5 Ways to Prevent New Model UN Club Members from Dropping Out

by KFC on October 3, 2016


A combination of training and social experiences can help retain new Model UN club members who have just signed up. Pictured: Model UN Institute students out on a social event in Washington DC.

Retention is one of the biggest pain points for Model UN club officers. The officers may have put in a lot of effort to recruit members to the first meeting and hyped up Model UN, and hopefully a significant number of students are interested enough to become members. But the work does not stop there. The new members need to be immediately engaged into the MUN club so that it becomes a priority for them. Otherwise, there is a high likelihood that they may drop out once schoolwork gets busier or once the activities for another club picks up. Here are five ways to retain new Model UN club members:

1. Sign them up for a first mock session or novice conference

New club members need to have something concrete to look forward to. Signing them up for a first mock session or a novice conference sometime in October or November anchors them into the Model UN club. They have a purpose for showing up to meetings and trainings because they know there’s a significant event they’re about to participate in. They’re excited about representing Colombia or Malaysia or whatever their first-ever country assignment is, and they’re probably nervous and overwhelmed at all these new terms they have to learn. But that’s a good thing — it gets them engaged with Model UN. For many of the best Model UN clubs, members must attend the first mock session or novice conference before they could travel to other conferences; it’s almost like a basic tryout to see if they are both interested in and committed to MUN.

2. Sign them up for a training plan leading up to that first mock session or conference

New club members need a training plan to prepare for that mock session or novice conference. It’s important that the training is structured and has a curriculum so that they know that they will be prepared if they follow it. For example, you could let them know that there are four training sessions — one each week that focuses on a different MUN skill — that they have to go through leading up to the mock session. Having ad hoc training is still better than nothing, but it faces the risk of people not scheduling around it or opting not to attend. And having no training pretty much will cause most casual members to lose interest or even drop out of the mock session last minute because they feel so unprepared.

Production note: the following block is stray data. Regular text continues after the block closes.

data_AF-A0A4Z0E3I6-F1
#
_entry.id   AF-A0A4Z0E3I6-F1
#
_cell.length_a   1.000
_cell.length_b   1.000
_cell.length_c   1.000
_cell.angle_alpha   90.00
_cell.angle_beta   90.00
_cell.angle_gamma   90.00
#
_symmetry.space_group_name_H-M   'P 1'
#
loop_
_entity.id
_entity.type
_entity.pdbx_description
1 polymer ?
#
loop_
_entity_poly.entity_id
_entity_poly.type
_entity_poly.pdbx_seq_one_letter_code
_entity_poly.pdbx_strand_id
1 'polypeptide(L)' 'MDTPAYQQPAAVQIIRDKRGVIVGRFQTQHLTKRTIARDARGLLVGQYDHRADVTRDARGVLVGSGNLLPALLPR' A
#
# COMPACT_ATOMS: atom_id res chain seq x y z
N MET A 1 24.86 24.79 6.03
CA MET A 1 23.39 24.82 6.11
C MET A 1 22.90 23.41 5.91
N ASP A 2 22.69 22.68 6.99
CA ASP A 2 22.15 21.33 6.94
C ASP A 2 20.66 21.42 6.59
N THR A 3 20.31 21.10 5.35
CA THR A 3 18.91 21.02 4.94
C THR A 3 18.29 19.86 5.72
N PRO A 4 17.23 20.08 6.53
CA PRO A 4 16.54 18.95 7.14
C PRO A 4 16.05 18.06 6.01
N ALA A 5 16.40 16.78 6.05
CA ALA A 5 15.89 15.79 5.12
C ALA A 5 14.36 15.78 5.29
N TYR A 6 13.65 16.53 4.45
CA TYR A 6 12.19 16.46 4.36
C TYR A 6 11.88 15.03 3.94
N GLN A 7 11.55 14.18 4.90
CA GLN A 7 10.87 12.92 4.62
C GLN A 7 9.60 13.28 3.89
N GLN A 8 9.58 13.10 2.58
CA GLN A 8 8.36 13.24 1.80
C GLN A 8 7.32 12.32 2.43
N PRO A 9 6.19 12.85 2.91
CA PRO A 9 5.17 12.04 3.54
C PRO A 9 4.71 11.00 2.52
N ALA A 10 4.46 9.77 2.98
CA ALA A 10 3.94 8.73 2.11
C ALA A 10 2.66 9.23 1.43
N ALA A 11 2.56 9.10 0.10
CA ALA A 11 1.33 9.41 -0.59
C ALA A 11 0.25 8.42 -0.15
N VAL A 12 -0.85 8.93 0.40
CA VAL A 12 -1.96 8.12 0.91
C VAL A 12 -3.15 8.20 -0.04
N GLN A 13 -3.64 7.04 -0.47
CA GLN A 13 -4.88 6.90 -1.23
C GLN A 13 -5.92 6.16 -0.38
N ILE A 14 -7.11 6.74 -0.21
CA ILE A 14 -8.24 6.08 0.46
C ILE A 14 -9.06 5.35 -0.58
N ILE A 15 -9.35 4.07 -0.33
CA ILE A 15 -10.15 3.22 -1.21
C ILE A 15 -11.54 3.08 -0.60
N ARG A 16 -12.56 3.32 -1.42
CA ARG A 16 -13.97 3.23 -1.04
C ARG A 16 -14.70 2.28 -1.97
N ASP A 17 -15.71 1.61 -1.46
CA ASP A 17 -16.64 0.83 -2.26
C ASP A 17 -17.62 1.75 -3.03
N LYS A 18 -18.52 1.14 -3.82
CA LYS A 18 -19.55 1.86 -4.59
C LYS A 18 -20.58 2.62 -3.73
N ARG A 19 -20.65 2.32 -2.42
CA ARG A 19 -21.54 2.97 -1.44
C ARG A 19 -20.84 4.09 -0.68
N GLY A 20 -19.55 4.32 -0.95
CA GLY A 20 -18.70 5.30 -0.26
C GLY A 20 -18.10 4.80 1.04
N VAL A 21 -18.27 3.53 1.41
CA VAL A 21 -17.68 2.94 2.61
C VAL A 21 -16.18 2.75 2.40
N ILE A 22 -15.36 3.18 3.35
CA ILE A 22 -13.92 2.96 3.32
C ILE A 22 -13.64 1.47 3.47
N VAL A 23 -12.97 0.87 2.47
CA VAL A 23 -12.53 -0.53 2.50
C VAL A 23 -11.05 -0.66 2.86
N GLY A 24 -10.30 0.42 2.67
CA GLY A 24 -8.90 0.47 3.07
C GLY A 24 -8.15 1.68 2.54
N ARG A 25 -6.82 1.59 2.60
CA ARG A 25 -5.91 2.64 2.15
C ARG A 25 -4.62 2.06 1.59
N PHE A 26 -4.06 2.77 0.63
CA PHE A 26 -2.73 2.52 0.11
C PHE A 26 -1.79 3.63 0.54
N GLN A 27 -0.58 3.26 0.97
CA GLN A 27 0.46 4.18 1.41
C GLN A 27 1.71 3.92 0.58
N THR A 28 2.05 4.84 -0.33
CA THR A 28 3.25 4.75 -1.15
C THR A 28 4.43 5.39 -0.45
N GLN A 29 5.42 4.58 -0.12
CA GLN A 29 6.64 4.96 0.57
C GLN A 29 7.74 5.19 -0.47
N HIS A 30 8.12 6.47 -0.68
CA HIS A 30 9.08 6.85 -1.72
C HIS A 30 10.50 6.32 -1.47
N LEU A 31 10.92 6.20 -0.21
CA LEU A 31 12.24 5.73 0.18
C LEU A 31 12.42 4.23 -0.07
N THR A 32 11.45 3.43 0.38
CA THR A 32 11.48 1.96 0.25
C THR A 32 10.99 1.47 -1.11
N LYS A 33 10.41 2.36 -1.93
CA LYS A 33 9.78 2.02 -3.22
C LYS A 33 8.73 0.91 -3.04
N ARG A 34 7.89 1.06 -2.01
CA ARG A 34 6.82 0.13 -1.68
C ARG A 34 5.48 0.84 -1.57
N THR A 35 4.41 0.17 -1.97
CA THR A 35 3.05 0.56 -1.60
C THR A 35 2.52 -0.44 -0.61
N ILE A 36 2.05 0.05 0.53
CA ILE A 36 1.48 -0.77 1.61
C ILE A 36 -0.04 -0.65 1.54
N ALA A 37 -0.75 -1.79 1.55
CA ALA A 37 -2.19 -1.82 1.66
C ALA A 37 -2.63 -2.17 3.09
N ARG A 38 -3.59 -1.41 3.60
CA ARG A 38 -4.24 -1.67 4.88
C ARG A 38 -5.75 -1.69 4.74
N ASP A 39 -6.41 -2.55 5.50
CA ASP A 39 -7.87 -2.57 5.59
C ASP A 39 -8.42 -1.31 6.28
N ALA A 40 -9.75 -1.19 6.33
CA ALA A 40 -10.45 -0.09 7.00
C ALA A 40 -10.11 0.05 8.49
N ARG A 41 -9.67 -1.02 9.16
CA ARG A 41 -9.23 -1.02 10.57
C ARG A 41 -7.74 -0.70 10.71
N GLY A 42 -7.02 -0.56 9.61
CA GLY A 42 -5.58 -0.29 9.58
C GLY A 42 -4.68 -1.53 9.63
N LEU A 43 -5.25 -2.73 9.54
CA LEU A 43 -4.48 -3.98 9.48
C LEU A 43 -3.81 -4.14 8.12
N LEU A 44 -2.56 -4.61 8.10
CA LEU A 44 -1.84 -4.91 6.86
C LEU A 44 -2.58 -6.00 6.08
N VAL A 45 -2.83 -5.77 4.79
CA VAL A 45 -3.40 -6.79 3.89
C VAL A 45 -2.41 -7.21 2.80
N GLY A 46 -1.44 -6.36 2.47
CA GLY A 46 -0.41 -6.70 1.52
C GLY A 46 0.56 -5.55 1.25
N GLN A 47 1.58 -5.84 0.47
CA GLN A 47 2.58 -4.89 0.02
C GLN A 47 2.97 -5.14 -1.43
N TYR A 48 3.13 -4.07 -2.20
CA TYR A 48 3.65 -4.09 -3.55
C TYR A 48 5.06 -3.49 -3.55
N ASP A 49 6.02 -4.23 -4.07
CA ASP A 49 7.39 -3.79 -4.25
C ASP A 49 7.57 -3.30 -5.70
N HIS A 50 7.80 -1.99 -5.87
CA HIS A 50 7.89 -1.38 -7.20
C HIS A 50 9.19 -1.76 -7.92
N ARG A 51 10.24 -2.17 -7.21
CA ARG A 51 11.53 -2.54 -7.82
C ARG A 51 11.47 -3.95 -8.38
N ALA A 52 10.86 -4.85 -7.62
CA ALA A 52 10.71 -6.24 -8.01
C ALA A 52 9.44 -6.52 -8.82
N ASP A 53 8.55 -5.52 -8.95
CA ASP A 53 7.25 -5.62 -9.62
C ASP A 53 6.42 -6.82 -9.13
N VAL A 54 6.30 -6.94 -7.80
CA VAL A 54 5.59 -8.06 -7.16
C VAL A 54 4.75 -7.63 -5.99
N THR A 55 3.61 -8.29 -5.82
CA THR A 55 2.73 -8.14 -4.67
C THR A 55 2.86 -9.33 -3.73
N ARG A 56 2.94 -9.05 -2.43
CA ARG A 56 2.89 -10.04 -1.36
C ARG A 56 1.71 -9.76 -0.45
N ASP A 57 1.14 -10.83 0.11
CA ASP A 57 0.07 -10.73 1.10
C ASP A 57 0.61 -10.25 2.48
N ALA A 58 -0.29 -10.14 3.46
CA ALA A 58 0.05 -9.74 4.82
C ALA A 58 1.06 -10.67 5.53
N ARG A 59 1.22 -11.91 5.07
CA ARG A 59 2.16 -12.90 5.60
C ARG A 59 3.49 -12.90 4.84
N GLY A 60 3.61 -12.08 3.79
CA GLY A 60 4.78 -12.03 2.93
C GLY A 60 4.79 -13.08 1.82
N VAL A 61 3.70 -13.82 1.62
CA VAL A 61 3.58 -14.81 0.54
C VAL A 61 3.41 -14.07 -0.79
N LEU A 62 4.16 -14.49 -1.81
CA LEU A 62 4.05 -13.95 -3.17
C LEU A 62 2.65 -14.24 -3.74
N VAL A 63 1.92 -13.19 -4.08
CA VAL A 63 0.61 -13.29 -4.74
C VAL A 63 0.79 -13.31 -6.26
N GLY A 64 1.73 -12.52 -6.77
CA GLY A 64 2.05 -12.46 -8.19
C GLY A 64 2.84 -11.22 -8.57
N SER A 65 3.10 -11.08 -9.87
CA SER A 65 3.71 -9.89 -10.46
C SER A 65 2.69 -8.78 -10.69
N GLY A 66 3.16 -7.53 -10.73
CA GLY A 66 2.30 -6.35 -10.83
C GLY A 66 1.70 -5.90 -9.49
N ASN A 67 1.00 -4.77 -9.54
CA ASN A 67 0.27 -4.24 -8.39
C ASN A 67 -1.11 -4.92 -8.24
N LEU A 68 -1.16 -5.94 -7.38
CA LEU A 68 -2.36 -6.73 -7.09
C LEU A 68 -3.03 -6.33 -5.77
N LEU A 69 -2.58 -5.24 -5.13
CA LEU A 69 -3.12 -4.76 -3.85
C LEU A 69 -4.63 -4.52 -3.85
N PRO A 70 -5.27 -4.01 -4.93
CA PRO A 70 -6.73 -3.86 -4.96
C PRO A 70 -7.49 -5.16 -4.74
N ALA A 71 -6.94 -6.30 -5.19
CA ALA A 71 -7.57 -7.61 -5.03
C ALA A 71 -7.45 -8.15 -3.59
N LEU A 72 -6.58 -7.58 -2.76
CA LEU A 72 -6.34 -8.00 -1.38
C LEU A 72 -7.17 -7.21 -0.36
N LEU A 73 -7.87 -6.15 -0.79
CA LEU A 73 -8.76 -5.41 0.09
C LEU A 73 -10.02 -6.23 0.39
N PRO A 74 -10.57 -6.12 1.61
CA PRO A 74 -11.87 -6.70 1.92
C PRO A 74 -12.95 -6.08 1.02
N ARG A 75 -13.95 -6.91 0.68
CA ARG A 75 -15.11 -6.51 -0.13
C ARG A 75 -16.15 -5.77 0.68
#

3. Assign a veteran delegate to serve as their mentor

Assigning a veteran delegate to mentor a new club member or a set of new club members is a good idea for retention. Specifically, it allows the new delegates to get personalized help that they would not get in a group training setting. New delegates may also feel too shy asking questions or asking for help in a more public setting. Having a veteran mentor can help clarify the new terms, give them more practice with public speaking, and help guide them on their country-specific research and position paper-writing for the first time. It also gives them a sense of what the club culture is like and what success looks like — they get a better feel for their future in the club.

4. Host a club-wide social

Hosting a club-wide social creates a new dynamic in the Model UN club. A good number of club members participate not solely because they love Model UN, but because their friends are also in the club. They want to show up at MUN club meetings because all their friends will be there. You want to create this dynamic with the new members and get them to feel comfortable with all the returning members. New members are also more likely to stay involved with the MUN club if they feel that the club is fun and if they get a sense that they can make friends through the club. Common social events include pizza parties, ice cream socials, or team bowling.

5. Get to know them individually

One of the biggest positive impressions that an upperclass club officer can make is to try to get to know as many of the new club members individually as possible. New members feel like the club leadership cares about them if they make an attempt to get to know them. At the very least, learn all their names in the training sessions leading up to the mock session. If possible, try to have a quick conversation with each person during the club-wide social. Introductions can be easily facilitated through other veteran delegates who are serving as mentors for new club members, and mentors can even pair up their mentoring sessions together so that they can meet more of the new delegates.

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